- Article by: RANDY FURST , Star Tribune
- Updated: January 29, 2015 - 6:24 AM
In an 11th-hour bombshell, the attorney for the driver unveiled his theory for what caused a Camry to speed up in 2006: Each time the gas pedal was pressed, the car kept on accelerating.
In an 11th-hour bombshell in the federal case against Toyota Motor Co. on Wednesday, the attorney for the driver suing the carmaker unveiled his new theory for what caused a 2006 fatal crash.
Toyota’s attorneys appeared to be caught off guard. Since the car company delivered its closing arguments first, it had no chance to rebut.
Jury deliberations began Wednesday afternoon and will resume Thursday.
Driver Koua Fong Lee lost control of his 1996 Camry, said his attorney Bob Hilliard, because each time he tapped the gas pedal on the long exit ramp off eastbound Interstate 94 at Snelling Avenue, the car accelerated.
Lee’s Camry got stuck at higher and higher speeds, Hilliard said, so when Lee pumped the brakes he was unable to stop and he rear-ended an Oldsmobile Ciera stopped at a red light. The driver of the Oldsmobile and his 9-year-old son were killed instantly. The driver’s 6-year-old daughter was badly injured and died a year later.
Hilliard based his case on the testimony of his automotive consultant, John Stilson, who spoke only briefly during the trial about the scenario laid out by Hilliard in his summation. If the system is stuck and the pedal is pushed further, “it will keep binding,” Stilson testified, demonstrating a model of the accelerator device to jurors. “If you push further, it will stay there.”
Nylon pulleys attached to the accelerator overheated because of where they sat near the engine, Stilson said in court, and the heat caused them to bind.
None of Toyota’s witnesses spoke to the gas-pedal issue as described by Hilliard during the three-week trial in Minneapolis.
Instead, they argued that if in fact the accelerator became stuck, it stayed at that level and tests showed that applying the brakes would override the accelerator, rapidly slowing the Camry.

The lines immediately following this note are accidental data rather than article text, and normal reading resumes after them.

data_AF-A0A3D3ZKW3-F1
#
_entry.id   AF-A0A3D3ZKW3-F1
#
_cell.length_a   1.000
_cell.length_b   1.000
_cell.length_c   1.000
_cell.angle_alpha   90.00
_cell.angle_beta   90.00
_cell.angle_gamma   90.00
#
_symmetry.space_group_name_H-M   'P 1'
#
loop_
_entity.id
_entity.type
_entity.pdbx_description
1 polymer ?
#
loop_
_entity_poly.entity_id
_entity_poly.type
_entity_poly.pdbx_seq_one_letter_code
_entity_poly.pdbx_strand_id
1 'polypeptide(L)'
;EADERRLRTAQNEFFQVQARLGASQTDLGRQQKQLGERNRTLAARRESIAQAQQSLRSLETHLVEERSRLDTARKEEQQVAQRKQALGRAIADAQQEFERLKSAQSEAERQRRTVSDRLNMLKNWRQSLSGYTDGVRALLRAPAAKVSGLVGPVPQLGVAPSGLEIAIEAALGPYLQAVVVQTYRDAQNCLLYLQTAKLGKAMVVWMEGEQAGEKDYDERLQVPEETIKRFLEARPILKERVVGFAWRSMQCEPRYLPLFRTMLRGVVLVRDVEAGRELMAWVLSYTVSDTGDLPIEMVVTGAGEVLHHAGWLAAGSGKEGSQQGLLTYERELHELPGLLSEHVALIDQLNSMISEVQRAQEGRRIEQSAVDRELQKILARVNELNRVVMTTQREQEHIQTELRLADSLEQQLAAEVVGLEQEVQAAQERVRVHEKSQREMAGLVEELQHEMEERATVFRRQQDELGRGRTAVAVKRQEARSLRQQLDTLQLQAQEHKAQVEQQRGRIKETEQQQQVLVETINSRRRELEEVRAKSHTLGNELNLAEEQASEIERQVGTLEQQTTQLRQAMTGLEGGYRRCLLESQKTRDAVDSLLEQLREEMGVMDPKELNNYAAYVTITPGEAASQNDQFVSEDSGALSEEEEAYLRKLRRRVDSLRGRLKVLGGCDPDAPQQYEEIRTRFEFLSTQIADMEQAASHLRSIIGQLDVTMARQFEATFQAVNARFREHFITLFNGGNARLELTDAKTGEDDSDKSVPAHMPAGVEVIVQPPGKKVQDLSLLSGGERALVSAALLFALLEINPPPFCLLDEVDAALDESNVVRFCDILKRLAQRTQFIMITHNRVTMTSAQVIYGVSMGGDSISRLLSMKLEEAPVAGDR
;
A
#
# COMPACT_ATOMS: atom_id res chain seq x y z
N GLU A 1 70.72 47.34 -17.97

“It would slow down the vehicle,” said Lee Carr, president of Carr Engineering, in testimony on Tuesday.
In attorney David Graves’ closing argument for Toyota, he said that Stilson never explained how the Camry got to full throttle.
Asked after the trial was adjourned Wednesday why he held back his key points until closing arguments, Hilliard said, “I’m not responsible for spoon-feeding Toyota on how to defend its case.
It’s their responsibility to pay attention to how the evidence is entered, and listen to the witnesses.”
Toyota’s attorneys appeared upset by Hilliard’s closing. Graves, who gave the closing argument for Toyota, rose several times to raise objections, saying Hilliard was misrepresenting testimony, including Hilliard’s interpretation of a document. A Toyota spokesman said attorneys would have no comment on Hilliard’s closing argument.
What happened at the Toyota trial was unusual, said Cooper Ashley, a Minneapolis attorney who handles product liability cases.
“It’s rare that you have some primary theory of liability or defense theory, and get through an entire trial without somebody from the opposing counsel taking a shot at it,” Ashley said.
It is also unclear whether the jurors, who never focused on that aspect before, will embrace it, he said.
“It’s a risk that they may think that it should have been developed more fully during the trial,” he said. “The positive is you have a key piece of evidence that goes unrebutted by the defense.”
Hilliard buttressed his case by citing three other drivers who testified during the trial that they had experienced unexplained acceleration.
Hilliard argued that Toyota spent millions to make the case that Lee was at fault, while drivers for his side were paid nothing to testify.
Graves said in his closing argument that Toyota “is a corporate citizen and spent money” to defend itself. “It’s not cheap to run these tests,” he said.
Graves said Stilson had run four tests showing that the accelerator pulleys got stuck, but he insisted that Stilson ran the tests improperly. In the one test that Stilson conducted correctly, Graves said, the pulleys did not stick.
“There is no evidence that this was a defective design,” said Graves. He noted that the previous owner of Lee’s Camry testified that he drove the vehicle for years without any problems.
He also said Lee hit the gas instead of the brakes, and he highlighted Lee’s testimony at his 2007 criminal trial, where Lee said that he drove a truck and that driving the Camry was different.
“When I drive the truck and go to the Camry, I have to look down and see where the gas and brake is, so I can get used to it,” Lee testified.
Lee, convicted of criminal vehicular homicide, faced an eight-year sentence, and spent more than two years in prison before his attorneys gathered evidence of other 1996 Camrys that had unintended acceleration. Susan Gaertner, then the Ramsey County attorney, decided to not hold a new trial, but instead let Lee go free.
In seeking damages, the jury was instructed by U.S. District Judge Ann Montgomery on Wednesday not to take the conviction or prison sentence into account if it decides to award damages, because Toyota was not involved in the criminal case and was not responsible for Lee going to prison.
Also in closing arguments, attorneys Bill Markovits and Anne Brockland, representing members of the families and people who were inside the Oldsmobile, made emotional pleas to the jury that they should be awarded damages to be paid by Toyota.